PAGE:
It's outrageous: Friends of Felton on Inland Rail route

The route proposed by the Australian Rail Track Corporation.
The route proposed by the Australian Rail Track Corporation. Andrew Backhouse

FRIENDS of Felton has described a proposal to send the Melbourne-Brisbane Inland Rail project through the Felton area as "outrageous".

President Rob McCreath said the route, proposed by a recently published report, would threaten the future of the Felton Food Festival and cause serious harm to the food-bowl valley.

After nominating its preferred route in 2014 - through Millmerran to Toowoomba - the Australian Rail Track Corporation has recently been instructed by the Federal transport minister to look again at other options, including the "Karara route" through Felton.

"We are appealing for public support for our campaign to stop this plan in its tracks. The coal at Felton must stay in the ground; the Inland Rail should stick to the route selected in 2014", Mr McCreath said.

The group recently claimed victory in their battle against a coal mine proposed Ambre Energy at Felton.

 

 

Mr McCreath said it was concerning the report, published by the Snowy Mountains Engineering Corporation, highlighted the "proximity to the Felton coal deposits" as supportive evidence for the Karara route.

He said the future of the region lay in tourism and agriculture.

"We're absolutely adamant it (coal) must stay in the ground," he said.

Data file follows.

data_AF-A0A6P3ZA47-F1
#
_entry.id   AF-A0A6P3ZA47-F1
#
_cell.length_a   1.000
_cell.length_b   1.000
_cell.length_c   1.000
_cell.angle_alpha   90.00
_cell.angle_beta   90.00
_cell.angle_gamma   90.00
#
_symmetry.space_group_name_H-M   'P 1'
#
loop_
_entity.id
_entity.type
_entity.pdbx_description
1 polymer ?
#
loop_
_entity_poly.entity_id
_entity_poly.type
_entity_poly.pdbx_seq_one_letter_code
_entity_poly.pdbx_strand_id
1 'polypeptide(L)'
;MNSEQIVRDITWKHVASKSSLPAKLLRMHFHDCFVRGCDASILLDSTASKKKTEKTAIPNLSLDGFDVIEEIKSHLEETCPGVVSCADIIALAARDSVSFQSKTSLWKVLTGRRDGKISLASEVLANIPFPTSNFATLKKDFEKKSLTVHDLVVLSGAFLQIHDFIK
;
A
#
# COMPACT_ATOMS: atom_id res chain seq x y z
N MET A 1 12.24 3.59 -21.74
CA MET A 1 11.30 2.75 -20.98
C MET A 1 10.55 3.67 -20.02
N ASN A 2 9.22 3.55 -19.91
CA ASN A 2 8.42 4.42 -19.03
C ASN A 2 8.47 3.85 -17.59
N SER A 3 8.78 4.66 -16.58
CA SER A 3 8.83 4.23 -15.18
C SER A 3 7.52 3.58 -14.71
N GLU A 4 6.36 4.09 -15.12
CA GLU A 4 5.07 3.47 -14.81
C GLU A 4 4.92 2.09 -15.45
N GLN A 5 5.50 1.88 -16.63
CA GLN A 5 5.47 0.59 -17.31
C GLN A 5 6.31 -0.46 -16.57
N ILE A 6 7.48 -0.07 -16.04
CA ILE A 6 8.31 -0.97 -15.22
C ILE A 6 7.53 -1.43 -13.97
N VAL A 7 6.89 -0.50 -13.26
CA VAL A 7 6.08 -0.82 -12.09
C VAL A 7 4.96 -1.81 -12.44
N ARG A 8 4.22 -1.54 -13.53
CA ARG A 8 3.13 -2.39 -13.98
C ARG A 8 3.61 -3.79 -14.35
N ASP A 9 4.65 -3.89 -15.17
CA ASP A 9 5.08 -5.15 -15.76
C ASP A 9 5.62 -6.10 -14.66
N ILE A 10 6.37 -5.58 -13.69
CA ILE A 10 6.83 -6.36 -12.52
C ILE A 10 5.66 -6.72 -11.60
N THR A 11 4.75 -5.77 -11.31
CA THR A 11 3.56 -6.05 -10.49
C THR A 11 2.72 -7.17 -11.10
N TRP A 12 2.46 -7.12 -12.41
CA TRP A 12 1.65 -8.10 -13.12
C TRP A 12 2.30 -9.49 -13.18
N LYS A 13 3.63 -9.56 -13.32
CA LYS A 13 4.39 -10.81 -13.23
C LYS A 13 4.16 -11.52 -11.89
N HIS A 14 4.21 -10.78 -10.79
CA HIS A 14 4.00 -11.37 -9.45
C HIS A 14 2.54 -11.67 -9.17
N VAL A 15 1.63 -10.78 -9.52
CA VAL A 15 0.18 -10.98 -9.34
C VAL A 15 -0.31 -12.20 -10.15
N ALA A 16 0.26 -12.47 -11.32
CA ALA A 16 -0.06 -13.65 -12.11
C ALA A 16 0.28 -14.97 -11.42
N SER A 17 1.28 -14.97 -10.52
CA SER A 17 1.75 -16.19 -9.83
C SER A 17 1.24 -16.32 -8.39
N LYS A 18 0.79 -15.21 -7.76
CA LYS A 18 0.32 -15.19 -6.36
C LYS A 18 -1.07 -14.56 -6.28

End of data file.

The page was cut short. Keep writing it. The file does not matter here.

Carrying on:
Mr McCreath did not nominate a preferred route, saying it was "up to the engineers" to decide.

The route has become a political hot potato recently.

The mayors of Toowoomba and Warwick publically quarrelled over the route in July, both arguing it should pass through their electorates.

Then in August farmers in Millmerran expressed concerns about damage to their land and a lack of consultation.

Political leaders including Member for Toowoomba South David Janetzki and Toowoomba Mayor Paul Antonio in September called for ARTC to "get on with it", and for the project to start as soon as possible.

Member for Lockyer Ian Rickuss also weighed in, suggesting the end destination of the project be changed from Brisbane to Gladstone.

The Chronicle has been told ongoing speculation may endanger the $10 billion project, particularly since the route from Toowoomba to Brisbane is by far the most expensive component.



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